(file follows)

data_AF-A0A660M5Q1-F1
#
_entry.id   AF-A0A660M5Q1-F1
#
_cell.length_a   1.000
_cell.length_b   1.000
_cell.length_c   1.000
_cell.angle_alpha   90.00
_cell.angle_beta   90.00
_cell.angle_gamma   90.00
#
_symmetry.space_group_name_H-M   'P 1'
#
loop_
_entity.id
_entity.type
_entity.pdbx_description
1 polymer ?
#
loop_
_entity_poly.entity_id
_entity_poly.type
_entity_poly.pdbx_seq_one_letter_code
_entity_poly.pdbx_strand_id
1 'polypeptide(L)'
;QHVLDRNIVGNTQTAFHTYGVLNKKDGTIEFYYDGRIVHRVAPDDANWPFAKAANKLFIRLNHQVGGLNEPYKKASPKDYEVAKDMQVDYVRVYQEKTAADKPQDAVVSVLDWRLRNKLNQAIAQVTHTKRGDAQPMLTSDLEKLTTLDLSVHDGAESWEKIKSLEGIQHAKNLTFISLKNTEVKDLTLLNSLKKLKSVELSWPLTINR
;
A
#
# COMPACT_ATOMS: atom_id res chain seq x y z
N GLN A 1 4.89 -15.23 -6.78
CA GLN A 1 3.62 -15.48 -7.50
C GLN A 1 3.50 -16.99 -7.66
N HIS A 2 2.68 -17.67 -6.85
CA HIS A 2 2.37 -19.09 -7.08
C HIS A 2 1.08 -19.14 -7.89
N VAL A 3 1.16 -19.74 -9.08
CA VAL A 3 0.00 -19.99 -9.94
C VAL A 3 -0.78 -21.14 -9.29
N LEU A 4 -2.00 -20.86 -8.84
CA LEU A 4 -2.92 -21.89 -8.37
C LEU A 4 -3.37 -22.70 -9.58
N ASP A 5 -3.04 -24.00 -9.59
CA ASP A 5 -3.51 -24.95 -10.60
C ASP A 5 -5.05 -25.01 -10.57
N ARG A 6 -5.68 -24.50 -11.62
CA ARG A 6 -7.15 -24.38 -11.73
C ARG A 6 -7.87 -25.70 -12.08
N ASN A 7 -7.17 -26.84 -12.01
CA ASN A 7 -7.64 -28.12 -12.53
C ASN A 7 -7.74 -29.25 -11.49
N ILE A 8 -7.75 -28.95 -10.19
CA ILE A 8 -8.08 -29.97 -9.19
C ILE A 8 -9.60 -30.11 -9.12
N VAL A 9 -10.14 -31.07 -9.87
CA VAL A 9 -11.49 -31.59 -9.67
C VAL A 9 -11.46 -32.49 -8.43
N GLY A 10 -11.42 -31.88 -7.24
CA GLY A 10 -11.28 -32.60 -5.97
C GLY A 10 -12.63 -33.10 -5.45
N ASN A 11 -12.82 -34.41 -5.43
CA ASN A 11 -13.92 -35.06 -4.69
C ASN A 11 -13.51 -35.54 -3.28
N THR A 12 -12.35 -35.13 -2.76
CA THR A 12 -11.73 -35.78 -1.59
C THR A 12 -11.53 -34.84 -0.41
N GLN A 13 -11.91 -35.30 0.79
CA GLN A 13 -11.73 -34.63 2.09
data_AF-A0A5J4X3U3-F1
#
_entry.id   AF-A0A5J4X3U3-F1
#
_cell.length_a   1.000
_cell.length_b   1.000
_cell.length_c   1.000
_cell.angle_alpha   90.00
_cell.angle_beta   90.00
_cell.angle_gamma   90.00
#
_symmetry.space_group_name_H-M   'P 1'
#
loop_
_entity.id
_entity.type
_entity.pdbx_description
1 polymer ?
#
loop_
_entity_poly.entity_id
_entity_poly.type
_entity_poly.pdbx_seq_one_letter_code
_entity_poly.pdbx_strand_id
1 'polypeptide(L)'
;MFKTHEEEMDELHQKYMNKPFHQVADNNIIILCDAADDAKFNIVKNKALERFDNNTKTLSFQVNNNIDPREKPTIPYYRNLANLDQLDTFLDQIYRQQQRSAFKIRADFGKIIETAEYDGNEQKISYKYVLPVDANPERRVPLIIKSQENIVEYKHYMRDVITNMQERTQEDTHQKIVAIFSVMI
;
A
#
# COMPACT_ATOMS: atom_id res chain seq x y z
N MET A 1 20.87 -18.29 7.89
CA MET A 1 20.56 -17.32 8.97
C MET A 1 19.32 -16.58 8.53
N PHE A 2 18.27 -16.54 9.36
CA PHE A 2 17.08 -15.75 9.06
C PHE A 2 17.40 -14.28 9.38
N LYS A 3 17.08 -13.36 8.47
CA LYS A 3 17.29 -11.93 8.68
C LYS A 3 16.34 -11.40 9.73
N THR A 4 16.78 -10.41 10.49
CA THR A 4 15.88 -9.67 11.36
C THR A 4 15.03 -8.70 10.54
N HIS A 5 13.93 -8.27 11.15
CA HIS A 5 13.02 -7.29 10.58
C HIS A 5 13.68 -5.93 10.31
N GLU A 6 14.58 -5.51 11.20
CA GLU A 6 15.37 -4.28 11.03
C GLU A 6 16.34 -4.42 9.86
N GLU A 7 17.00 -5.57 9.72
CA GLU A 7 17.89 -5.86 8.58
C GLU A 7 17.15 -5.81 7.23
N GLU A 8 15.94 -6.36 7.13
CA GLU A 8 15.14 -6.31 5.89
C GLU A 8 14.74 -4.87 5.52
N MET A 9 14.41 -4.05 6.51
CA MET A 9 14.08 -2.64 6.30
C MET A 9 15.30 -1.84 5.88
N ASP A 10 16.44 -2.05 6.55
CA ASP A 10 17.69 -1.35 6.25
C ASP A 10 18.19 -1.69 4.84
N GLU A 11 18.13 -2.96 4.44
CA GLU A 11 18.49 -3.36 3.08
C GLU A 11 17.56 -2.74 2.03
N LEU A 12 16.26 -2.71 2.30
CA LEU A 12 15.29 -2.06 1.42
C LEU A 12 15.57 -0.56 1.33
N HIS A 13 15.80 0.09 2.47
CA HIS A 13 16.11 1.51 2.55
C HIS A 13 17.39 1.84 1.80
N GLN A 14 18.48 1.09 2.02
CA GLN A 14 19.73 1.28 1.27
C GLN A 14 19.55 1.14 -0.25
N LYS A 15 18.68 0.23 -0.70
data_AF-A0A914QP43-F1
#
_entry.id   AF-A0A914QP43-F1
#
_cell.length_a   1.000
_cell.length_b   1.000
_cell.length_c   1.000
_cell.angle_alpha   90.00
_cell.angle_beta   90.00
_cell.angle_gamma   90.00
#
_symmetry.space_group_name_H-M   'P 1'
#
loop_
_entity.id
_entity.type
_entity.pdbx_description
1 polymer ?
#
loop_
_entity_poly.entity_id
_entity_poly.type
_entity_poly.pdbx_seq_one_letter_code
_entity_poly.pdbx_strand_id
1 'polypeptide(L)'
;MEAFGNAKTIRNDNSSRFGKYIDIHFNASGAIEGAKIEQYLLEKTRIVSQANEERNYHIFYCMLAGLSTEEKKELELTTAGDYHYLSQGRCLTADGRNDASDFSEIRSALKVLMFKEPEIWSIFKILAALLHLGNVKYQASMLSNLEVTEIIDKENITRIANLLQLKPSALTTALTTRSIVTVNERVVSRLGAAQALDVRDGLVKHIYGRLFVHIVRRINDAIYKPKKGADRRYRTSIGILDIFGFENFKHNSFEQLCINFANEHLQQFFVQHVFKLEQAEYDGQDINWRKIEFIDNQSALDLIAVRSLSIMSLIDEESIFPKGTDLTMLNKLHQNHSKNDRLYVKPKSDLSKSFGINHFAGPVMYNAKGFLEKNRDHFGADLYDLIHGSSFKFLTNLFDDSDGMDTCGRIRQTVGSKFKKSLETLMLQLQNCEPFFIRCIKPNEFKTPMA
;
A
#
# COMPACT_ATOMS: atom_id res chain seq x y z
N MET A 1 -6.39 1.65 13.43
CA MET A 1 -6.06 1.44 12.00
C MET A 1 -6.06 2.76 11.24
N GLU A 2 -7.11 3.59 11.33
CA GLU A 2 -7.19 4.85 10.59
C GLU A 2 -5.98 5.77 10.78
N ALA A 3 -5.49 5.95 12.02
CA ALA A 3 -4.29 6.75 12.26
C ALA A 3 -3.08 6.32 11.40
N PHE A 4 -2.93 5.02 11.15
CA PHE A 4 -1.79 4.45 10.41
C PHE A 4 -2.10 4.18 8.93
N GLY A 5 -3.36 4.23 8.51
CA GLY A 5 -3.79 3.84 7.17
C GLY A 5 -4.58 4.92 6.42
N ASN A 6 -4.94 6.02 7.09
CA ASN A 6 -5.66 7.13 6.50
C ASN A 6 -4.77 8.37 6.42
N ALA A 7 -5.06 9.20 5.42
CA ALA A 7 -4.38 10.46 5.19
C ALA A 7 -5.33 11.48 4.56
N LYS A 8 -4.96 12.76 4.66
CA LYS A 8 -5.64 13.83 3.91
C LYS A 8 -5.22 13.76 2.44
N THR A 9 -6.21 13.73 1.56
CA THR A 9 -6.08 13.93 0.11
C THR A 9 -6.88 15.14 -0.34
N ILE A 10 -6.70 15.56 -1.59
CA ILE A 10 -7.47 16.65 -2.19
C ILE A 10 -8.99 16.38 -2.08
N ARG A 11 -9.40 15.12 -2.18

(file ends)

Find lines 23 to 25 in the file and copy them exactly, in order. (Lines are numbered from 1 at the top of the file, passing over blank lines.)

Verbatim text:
_entity_poly.pdbx_seq_one_letter_code
_entity_poly.pdbx_strand_id
1 'polypeptide(L)'